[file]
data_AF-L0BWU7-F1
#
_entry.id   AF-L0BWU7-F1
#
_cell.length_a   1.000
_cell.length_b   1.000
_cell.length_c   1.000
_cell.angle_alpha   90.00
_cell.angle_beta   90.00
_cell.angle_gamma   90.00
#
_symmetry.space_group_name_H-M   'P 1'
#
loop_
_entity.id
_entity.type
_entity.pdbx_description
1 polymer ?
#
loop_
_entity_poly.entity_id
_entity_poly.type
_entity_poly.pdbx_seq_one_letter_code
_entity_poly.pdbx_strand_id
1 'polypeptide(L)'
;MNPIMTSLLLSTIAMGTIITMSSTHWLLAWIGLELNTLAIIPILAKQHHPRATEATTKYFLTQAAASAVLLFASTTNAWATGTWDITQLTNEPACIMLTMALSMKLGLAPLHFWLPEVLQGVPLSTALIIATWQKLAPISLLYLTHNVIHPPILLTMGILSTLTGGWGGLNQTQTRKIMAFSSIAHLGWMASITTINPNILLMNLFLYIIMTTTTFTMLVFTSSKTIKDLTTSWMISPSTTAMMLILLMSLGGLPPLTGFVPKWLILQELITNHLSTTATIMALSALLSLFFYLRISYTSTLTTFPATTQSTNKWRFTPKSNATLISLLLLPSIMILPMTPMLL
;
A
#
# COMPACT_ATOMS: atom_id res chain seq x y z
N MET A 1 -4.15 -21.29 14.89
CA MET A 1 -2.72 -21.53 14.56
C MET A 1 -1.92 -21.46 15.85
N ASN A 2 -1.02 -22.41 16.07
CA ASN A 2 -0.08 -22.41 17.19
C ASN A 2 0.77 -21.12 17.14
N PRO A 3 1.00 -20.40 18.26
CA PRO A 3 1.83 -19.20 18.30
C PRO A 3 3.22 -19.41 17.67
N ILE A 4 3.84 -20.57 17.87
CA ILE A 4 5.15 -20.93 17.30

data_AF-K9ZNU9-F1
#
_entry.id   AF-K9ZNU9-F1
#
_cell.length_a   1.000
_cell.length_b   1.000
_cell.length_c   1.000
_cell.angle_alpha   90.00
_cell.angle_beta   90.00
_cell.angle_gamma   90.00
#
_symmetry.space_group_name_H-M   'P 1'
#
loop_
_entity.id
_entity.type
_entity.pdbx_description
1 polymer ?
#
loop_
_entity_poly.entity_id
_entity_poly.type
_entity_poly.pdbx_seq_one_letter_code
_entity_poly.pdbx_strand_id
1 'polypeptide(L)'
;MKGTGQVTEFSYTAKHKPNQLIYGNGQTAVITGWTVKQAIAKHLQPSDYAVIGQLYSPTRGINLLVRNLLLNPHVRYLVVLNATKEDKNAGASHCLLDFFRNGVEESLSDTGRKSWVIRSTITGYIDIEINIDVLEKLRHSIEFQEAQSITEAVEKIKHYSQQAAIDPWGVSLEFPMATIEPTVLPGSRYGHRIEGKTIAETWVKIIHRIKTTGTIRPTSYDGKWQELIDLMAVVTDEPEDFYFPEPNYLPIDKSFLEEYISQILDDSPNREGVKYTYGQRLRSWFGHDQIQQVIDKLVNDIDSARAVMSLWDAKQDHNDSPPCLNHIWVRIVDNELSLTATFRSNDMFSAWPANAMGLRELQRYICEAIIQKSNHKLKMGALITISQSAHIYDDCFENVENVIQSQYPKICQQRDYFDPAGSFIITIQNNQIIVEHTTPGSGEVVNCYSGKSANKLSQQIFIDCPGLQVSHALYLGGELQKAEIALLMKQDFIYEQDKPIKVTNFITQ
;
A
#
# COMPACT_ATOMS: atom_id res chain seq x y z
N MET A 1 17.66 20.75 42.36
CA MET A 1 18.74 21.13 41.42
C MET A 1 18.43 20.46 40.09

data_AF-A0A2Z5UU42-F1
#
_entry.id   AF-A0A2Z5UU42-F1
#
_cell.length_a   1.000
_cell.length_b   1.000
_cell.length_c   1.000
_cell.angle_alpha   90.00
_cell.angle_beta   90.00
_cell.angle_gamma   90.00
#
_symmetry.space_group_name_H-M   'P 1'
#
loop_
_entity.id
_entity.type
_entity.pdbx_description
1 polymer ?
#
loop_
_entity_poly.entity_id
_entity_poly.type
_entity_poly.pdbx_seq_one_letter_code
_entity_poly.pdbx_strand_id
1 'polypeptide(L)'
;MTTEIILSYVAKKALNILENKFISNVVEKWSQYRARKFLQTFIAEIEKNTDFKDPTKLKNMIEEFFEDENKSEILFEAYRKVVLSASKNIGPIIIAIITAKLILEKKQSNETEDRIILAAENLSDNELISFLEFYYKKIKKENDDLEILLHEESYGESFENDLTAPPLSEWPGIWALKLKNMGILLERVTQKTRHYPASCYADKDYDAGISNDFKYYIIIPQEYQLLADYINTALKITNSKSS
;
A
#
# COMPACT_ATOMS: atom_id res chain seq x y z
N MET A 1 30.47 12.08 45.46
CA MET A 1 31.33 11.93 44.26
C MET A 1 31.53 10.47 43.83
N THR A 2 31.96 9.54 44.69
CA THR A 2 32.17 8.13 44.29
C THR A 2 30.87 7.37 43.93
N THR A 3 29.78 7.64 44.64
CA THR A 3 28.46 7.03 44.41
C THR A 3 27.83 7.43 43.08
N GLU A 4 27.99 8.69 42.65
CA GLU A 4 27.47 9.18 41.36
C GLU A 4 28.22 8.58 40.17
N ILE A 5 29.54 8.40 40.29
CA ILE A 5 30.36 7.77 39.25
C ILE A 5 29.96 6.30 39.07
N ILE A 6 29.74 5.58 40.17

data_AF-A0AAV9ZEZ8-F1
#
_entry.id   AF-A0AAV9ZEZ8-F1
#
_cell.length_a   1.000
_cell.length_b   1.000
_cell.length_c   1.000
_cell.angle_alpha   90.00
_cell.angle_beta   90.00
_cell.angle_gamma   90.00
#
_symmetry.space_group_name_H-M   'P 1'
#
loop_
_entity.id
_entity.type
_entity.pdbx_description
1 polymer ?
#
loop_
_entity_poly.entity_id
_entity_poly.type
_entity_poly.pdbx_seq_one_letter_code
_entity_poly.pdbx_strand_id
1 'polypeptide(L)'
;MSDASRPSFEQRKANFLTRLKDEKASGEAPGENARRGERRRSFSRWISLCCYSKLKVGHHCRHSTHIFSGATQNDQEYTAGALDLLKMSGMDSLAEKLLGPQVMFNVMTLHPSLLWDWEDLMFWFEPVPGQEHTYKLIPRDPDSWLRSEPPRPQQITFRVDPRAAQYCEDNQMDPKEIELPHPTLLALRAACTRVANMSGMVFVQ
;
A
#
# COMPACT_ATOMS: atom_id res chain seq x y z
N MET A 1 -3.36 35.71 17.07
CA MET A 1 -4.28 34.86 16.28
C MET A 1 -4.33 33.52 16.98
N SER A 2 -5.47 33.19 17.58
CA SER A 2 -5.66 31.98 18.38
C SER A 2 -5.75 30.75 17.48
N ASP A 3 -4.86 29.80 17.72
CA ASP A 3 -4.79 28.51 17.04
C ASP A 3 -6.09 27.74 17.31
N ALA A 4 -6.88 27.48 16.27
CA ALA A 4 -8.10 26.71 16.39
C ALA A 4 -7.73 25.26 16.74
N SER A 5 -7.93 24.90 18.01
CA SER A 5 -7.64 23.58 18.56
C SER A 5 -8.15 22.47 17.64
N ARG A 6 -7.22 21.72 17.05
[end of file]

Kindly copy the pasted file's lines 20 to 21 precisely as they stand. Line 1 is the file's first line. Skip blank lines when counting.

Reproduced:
loop_
_entity_poly.entity_id